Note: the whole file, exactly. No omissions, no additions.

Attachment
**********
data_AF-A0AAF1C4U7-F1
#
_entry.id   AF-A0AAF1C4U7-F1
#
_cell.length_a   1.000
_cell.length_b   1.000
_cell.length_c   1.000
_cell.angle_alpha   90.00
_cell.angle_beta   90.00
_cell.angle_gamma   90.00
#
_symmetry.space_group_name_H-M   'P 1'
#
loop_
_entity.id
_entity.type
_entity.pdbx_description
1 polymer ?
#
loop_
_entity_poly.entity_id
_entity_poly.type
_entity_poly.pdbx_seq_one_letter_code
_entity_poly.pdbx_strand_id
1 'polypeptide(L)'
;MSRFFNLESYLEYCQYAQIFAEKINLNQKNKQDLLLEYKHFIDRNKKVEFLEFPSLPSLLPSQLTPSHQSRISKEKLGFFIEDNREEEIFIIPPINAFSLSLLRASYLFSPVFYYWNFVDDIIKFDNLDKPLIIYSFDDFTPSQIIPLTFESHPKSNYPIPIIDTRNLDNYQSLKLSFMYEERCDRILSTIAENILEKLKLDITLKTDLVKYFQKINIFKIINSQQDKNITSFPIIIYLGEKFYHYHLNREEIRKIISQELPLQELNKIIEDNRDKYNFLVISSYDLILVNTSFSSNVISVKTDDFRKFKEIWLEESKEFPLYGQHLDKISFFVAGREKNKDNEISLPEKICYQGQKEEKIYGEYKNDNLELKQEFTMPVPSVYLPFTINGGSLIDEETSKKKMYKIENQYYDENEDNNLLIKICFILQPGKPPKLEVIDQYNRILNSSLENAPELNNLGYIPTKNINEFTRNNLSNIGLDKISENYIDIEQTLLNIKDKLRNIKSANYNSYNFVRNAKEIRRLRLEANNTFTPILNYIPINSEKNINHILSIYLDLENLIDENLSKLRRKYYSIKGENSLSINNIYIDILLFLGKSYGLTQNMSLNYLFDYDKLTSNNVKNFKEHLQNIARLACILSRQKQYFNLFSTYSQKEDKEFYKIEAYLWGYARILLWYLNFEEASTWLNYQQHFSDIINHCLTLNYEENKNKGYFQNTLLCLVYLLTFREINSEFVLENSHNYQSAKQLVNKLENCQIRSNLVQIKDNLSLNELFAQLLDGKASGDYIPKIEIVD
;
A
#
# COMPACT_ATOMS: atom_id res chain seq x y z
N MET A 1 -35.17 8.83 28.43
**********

data_AF-A0AAF1C4U7-F1
#
_entry.id   AF-A0AAF1C4U7-F1
#
_cell.length_a   1.000
_cell.length_b   1.000
_cell.length_c   1.000
_cell.angle_alpha   90.00
_cell.angle_beta   90.00
_cell.angle_gamma   90.00
#
_symmetry.space_group_name_H-M   'P 1'
#
loop_
_entity.id
_entity.type
_entity.pdbx_description
1 polymer ?
#
loop_
_entity_poly.entity_id
_entity_poly.type
_entity_poly.pdbx_seq_one_letter_code
_entity_poly.pdbx_strand_id
1 'polypeptide(L)'
;MSRFFNLESYLEYCQYAQIFAEKINLNQKNKQDLLLEYKHFIDRNKKVEFLEFPSLPSLLPSQLTPSHQSRISKEKLGFFIEDNREEEIFIIPPINAFSLSLLRASYLFSPVFYYWNFVDDIIKFDNLDKPLIIYSFDDFTPSQIIPLTFESHPKSNYPIPIIDTRNLDNYQSLKLSFMYEERCDRILSTIAENILEKLKLDITLKTDLVKYFQKINIFKIINSQQDKNITSFPIIIYLGEKFYHYHLNREEIRKIISQELPLQELNKIIEDNRDKYNFLVISSYDLILVNTSFSSNVISVKTDDFRKFKEIWLEESKEFPLYGQHLDKISFFVAGREKNKDNEISLPEKICYQGQKEEKIYGEYKNDNLELKQEFTMPVPSVYLPFTINGGSLIDEETSKKKMYKIENQYYDENEDNNLLIKICFILQPGKPPKLEVIDQYNRILNSSLENAPELNNLGYIPTKNINEFTRNNLSNIGLDKISENYIDIEQTLLNIKDKLRNIKSANYNSYNFVRNAKEIRRLRLEANNTFTPILNYIPINSEKNINHILSIYLDLENLIDENLSKLRRKYYSIKGENSLSINNIYIDILLFLGKSYGLTQNMSLNYLFDYDKLTSNNVKNFKEHLQNIARLACILSRQKQYFNLFSTYSQKEDKEFYKIEAYLWGYARILLWYLNFEEASTWLNYQQHFSDIINHCLTLNYEENKNKGYFQNTLLCLVYLLTFREINSEFVLENSHNYQSAKQLVNKLENCQIRSNLVQIKDNLSLNELFAQLLDGKASGDYIPKIEIVD
;
A
#
# COMPACT_ATOMS: atom_id res chain seq x y z
N MET A 1 -35.17 8.83 28.43